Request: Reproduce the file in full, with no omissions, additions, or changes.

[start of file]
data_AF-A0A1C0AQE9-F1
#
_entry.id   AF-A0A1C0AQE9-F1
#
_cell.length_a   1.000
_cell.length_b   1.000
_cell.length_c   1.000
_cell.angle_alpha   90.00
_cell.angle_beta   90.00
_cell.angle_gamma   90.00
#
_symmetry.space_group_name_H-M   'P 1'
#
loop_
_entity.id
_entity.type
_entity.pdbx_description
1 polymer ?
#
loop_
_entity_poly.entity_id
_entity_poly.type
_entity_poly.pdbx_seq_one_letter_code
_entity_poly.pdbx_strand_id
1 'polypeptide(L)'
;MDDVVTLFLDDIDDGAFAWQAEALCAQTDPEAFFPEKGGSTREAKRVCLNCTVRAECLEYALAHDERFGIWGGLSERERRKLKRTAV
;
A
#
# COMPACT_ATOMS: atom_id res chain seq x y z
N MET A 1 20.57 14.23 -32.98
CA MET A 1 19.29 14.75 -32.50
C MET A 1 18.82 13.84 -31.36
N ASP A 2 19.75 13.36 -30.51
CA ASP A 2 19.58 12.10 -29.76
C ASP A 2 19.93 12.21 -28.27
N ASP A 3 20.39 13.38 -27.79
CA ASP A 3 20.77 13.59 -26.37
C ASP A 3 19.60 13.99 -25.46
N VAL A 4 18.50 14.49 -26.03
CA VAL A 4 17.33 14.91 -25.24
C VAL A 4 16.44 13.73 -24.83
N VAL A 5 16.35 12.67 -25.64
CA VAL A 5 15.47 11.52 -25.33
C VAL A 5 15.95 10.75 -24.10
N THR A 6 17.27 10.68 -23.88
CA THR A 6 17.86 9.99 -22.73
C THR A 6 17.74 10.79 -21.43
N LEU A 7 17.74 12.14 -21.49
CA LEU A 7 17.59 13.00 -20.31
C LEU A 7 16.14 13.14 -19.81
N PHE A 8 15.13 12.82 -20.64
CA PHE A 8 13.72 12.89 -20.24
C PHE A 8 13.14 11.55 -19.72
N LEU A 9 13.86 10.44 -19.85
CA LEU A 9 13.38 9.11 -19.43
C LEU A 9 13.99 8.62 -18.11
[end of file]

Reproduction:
data_AF-A0A1C0AQE9-F1
#
_entry.id   AF-A0A1C0AQE9-F1
#
_cell.length_a   1.000
_cell.length_b   1.000
_cell.length_c   1.000
_cell.angle_alpha   90.00
_cell.angle_beta   90.00
_cell.angle_gamma   90.00
#
_symmetry.space_group_name_H-M   'P 1'
#
loop_
_entity.id
_entity.type
_entity.pdbx_description
1 polymer ?
#
loop_
_entity_poly.entity_id
_entity_poly.type
_entity_poly.pdbx_seq_one_letter_code
_entity_poly.pdbx_strand_id
1 'polypeptide(L)'
;MDDVVTLFLDDIDDGAFAWQAEALCAQTDPEAFFPEKGGSTREAKRVCLNCTVRAECLEYALAHDERFGIWGGLSERERRKLKRTAV
;
A
#
# COMPACT_ATOMS: atom_id res chain seq x y z
N MET A 1 20.57 14.23 -32.98
CA MET A 1 19.29 14.75 -32.50
C MET A 1 18.82 13.84 -31.36
N ASP A 2 19.75 13.36 -30.51
CA ASP A 2 19.58 12.10 -29.76
C ASP A 2 19.93 12.21 -28.27
N ASP A 3 20.39 13.38 -27.79
CA ASP A 3 20.77 13.59 -26.37
C ASP A 3 19.60 13.99 -25.46
N VAL A 4 18.50 14.49 -26.03
CA VAL A 4 17.33 14.91 -25.24
C VAL A 4 16.44 13.73 -24.83
N VAL A 5 16.35 12.67 -25.64
CA VAL A 5 15.47 11.52 -25.33
C VAL A 5 15.95 10.75 -24.10
N THR A 6 17.27 10.68 -23.88
CA THR A 6 17.86 9.99 -22.73
C THR A 6 17.74 10.79 -21.43
N LEU A 7 17.74 12.14 -21.49
CA LEU A 7 17.59 13.00 -20.31
C LEU A 7 16.14 13.14 -19.81
N PHE A 8 15.13 12.82 -20.64
CA PHE A 8 13.72 12.89 -20.24
C PHE A 8 13.14 11.55 -19.72
N LEU A 9 13.86 10.44 -19.85
CA LEU A 9 13.38 9.11 -19.43
C LEU A 9 13.99 8.62 -18.11